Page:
Good Manners on Death Row: Why Condemned Southerners Are More Polite

“The study, conducted by Judy Eaton, a professor of criminology and law at Wilfred Laurier University in Ontario, surveyed the last words of 279 white males, looking for six qualities: an apology, an acceptance of responsibility, a request for forgiveness, an expression of regret, a sense of remorse and a general phrasing that suggested earnestness. Consistently, Eaton found, it was the Southerners who did better than the Northerners, and the reasoning has to do with what she called the “honor culture” of the Old South.”

TIME

Let’s say you’re about to be executed. Let’s say you’re given a chance to say some final words. What are the odds you would say, “Go Raiders,” or “I could sure go for some beef stew and a chicken bone,” or “For what? You motherf*****rs haven’t paid any attention to anything I’ve said for the last 22-1/2 years…”? In the alternative, what are the odds that you might say, “I wish to apologize to the people I’ve hurt and I ask their forgiveness, I don’t deserve it but I ask for it,” or “I know I took someone very precious to you…I would pay it back a thousand times to bring back your loved ones…”?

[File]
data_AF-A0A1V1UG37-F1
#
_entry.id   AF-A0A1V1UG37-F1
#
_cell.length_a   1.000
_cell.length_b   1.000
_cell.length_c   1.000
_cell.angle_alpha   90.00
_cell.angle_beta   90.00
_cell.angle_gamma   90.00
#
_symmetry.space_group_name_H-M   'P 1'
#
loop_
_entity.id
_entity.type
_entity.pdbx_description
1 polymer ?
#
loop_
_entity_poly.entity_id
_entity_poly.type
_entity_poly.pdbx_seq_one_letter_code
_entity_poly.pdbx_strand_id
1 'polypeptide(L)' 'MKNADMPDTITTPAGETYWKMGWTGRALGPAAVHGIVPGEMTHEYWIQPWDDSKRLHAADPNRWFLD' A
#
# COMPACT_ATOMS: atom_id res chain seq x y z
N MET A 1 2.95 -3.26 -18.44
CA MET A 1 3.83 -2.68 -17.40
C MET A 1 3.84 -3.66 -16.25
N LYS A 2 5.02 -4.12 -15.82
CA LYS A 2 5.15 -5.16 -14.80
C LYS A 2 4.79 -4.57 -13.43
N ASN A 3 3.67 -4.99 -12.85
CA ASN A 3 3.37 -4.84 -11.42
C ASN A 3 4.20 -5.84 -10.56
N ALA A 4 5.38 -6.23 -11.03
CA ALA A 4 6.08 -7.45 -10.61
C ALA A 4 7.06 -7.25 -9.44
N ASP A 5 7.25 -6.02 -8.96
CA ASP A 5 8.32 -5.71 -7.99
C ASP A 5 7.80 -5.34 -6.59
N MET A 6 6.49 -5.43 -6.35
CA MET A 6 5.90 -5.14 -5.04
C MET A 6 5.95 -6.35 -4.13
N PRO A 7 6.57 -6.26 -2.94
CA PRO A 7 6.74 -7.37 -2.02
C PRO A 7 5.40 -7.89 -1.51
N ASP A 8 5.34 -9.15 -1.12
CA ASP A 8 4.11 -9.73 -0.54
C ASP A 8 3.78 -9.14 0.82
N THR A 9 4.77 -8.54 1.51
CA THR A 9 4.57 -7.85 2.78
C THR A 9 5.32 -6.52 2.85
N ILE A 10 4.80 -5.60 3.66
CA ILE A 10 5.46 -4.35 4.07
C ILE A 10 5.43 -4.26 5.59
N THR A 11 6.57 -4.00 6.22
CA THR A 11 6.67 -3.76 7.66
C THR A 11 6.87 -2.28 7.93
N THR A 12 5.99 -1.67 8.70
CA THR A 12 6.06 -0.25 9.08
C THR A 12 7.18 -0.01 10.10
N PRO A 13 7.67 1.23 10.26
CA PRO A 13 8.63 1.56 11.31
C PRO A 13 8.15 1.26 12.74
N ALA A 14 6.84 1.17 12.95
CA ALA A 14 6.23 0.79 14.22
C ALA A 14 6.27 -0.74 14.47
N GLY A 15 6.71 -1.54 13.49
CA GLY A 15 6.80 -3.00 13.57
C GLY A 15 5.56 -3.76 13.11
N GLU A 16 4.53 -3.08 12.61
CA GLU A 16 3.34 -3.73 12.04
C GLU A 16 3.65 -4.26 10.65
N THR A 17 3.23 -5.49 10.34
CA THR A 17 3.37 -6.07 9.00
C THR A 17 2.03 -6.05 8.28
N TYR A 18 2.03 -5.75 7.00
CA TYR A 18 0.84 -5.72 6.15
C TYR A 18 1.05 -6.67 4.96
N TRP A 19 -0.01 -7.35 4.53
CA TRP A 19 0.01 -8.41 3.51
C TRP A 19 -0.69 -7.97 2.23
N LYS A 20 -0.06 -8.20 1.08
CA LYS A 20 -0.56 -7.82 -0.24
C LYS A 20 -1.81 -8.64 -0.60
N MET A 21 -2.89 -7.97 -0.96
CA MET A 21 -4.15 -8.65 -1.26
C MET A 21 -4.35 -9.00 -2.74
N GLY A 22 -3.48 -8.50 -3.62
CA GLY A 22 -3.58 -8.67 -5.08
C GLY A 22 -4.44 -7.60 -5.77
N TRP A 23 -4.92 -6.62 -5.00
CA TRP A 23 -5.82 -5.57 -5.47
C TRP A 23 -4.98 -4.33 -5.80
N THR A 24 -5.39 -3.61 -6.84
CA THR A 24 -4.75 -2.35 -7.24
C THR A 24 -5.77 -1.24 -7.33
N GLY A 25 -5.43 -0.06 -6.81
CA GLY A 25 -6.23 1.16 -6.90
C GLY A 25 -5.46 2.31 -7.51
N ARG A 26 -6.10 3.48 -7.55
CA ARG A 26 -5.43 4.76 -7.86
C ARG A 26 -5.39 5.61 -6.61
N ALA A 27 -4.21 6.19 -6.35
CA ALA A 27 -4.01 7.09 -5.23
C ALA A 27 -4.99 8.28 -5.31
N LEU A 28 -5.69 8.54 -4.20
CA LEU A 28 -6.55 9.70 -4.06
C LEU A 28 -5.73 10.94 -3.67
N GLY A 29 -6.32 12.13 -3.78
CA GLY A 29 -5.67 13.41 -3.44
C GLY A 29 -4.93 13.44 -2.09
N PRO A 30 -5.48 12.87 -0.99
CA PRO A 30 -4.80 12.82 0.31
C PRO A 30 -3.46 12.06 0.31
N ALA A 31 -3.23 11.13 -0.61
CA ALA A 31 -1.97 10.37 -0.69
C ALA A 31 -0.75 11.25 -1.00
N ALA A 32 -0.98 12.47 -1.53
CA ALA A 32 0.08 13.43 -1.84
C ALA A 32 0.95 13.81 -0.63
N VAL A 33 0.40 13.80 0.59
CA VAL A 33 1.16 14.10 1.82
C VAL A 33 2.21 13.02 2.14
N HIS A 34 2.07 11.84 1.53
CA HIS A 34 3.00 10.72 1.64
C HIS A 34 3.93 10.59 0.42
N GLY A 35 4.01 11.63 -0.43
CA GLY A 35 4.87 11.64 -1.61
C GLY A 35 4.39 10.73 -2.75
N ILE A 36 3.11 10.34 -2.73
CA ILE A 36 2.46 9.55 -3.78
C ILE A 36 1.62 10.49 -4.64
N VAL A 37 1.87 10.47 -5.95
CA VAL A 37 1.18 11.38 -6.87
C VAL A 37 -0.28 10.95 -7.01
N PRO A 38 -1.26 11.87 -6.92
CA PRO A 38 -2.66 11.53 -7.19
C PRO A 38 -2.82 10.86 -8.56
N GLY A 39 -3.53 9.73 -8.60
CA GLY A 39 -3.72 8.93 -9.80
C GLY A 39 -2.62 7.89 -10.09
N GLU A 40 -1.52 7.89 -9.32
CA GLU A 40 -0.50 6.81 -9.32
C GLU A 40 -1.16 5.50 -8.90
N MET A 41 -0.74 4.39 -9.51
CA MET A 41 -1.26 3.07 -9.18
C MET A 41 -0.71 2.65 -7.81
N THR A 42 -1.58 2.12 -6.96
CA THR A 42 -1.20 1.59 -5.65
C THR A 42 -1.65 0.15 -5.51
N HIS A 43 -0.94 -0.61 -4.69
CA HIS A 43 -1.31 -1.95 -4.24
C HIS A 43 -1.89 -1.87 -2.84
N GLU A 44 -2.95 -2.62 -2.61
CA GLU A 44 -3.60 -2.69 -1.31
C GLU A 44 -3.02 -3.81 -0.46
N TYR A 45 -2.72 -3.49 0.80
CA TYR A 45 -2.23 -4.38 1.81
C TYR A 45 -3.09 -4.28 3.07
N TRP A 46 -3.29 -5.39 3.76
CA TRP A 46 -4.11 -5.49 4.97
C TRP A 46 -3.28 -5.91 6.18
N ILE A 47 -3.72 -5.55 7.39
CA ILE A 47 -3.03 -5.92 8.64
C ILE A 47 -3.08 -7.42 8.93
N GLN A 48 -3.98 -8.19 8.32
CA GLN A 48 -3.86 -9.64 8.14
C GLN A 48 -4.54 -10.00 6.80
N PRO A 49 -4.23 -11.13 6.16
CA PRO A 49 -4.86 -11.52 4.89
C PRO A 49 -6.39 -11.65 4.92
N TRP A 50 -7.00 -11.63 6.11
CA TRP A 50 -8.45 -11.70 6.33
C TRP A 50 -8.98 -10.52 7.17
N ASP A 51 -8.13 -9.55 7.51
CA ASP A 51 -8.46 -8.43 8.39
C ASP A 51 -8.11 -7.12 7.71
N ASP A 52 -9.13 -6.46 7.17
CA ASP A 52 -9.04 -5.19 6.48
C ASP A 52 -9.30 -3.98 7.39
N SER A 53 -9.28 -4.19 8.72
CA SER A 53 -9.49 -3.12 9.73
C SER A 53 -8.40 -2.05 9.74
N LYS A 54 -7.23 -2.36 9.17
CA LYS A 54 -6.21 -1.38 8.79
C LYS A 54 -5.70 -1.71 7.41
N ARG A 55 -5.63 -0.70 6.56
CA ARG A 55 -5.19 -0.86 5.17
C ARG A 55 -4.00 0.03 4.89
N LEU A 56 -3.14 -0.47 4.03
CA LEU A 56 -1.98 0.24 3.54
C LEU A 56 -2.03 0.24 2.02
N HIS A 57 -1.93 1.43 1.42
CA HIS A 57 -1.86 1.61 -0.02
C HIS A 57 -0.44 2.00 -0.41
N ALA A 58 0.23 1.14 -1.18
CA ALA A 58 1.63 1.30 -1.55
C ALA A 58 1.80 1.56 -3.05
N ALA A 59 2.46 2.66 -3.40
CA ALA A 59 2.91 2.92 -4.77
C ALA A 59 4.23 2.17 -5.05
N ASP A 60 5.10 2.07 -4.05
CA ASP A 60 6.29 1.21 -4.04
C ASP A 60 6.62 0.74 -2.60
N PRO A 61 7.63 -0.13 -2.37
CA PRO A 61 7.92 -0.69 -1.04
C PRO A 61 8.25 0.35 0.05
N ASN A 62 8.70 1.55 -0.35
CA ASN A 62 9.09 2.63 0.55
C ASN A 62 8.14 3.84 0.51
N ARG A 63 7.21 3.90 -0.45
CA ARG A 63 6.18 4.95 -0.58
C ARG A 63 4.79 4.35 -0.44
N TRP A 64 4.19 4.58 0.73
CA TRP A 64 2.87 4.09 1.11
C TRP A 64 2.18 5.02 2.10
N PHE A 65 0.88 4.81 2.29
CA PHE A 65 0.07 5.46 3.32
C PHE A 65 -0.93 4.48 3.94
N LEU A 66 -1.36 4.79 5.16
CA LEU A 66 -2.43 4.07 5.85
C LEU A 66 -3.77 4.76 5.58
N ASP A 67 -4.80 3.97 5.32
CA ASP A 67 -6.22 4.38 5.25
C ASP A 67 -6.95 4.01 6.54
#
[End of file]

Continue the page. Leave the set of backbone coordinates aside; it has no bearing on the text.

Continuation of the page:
The answer may depend on where you grew up. If you’re from the North or West, you’re likelier to stay badass till the end; if you’re from the South, you’re likelier to show some remorse…

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